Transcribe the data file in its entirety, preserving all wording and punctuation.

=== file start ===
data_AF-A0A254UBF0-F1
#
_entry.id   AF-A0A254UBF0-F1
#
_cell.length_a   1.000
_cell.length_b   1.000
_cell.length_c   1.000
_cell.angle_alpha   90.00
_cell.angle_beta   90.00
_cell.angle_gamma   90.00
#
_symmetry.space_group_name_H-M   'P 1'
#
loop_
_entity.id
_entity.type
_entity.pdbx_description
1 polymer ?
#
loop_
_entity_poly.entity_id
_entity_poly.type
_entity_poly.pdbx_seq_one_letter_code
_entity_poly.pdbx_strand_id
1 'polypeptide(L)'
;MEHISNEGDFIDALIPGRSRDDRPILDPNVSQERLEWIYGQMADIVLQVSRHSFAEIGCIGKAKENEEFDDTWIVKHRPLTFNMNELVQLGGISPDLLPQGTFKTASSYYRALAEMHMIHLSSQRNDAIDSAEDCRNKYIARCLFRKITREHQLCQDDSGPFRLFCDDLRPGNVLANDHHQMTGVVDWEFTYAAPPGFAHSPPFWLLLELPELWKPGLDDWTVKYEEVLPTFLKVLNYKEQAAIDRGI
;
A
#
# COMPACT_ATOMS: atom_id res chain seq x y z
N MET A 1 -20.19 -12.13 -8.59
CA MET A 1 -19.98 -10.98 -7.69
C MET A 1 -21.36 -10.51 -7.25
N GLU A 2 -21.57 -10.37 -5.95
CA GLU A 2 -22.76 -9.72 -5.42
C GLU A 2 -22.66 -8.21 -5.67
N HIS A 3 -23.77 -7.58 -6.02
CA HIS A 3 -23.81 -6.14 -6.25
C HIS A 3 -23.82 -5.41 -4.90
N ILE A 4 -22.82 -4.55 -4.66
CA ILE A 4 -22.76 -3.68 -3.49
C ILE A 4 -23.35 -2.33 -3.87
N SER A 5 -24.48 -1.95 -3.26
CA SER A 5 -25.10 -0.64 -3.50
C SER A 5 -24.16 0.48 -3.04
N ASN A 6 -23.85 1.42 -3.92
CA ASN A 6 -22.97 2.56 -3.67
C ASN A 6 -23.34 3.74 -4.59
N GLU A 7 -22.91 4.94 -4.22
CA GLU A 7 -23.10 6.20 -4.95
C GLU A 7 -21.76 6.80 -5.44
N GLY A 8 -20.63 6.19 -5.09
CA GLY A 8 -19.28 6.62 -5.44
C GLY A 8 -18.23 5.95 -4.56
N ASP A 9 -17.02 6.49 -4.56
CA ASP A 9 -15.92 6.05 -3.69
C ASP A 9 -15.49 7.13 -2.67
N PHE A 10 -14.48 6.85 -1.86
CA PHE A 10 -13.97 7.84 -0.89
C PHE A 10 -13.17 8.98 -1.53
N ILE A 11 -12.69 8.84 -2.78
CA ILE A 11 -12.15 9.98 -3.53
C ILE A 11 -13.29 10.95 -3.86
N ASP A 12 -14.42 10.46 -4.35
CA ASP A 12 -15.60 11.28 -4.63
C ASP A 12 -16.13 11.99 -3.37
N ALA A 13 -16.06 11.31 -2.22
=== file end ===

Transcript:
data_AF-A0A254UBF0-F1
#
_entry.id   AF-A0A254UBF0-F1
#
_cell.length_a   1.000
_cell.length_b   1.000
_cell.length_c   1.000
_cell.angle_alpha   90.00
_cell.angle_beta   90.00
_cell.angle_gamma   90.00
#
_symmetry.space_group_name_H-M   'P 1'
#
loop_
_entity.id
_entity.type
_entity.pdbx_description
1 polymer ?
#
loop_
_entity_poly.entity_id
_entity_poly.type
_entity_poly.pdbx_seq_one_letter_code
_entity_poly.pdbx_strand_id
1 'polypeptide(L)'
;MEHISNEGDFIDALIPGRSRDDRPILDPNVSQERLEWIYGQMADIVLQVSRHSFAEIGCIGKAKENEEFDDTWIVKHRPLTFNMNELVQLGGISPDLLPQGTFKTASSYYRALAEMHMIHLSSQRNDAIDSAEDCRNKYIARCLFRKITREHQLCQDDSGPFRLFCDDLRPGNVLANDHHQMTGVVDWEFTYAAPPGFAHSPPFWLLLELPELWKPGLDDWTVKYEEVLPTFLKVLNYKEQAAIDRGI
;
A
#
# COMPACT_ATOMS: atom_id res chain seq x y z
N MET A 1 -20.19 -12.13 -8.59
CA MET A 1 -19.98 -10.98 -7.69
C MET A 1 -21.36 -10.51 -7.25
N GLU A 2 -21.57 -10.37 -5.95
CA GLU A 2 -22.76 -9.72 -5.42
C GLU A 2 -22.66 -8.21 -5.67
N HIS A 3 -23.77 -7.58 -6.02
CA HIS A 3 -23.81 -6.14 -6.25
C HIS A 3 -23.82 -5.41 -4.90
N ILE A 4 -22.82 -4.55 -4.66
CA ILE A 4 -22.76 -3.68 -3.49
C ILE A 4 -23.35 -2.33 -3.87
N SER A 5 -24.48 -1.95 -3.26
CA SER A 5 -25.10 -0.64 -3.50
C SER A 5 -24.16 0.48 -3.04
N ASN A 6 -23.85 1.42 -3.92
CA ASN A 6 -22.97 2.56 -3.67
C ASN A 6 -23.34 3.74 -4.59
N GLU A 7 -22.91 4.94 -4.22
CA GLU A 7 -23.10 6.20 -4.95
C GLU A 7 -21.76 6.80 -5.44
N GLY A 8 -20.63 6.19 -5.09
CA GLY A 8 -19.28 6.62 -5.44
C GLY A 8 -18.23 5.95 -4.56
N ASP A 9 -17.02 6.49 -4.56
CA ASP A 9 -15.92 6.05 -3.69
C ASP A 9 -15.49 7.13 -2.67
N PHE A 10 -14.48 6.85 -1.86
CA PHE A 10 -13.97 7.84 -0.89
C PHE A 10 -13.17 8.98 -1.53
N ILE A 11 -12.69 8.84 -2.78
CA ILE A 11 -12.15 9.98 -3.53
C ILE A 11 -13.29 10.95 -3.86
N ASP A 12 -14.42 10.46 -4.35
CA ASP A 12 -15.60 11.28 -4.63
C ASP A 12 -16.13 11.99 -3.37
N ALA A 13 -16.06 11.31 -2.22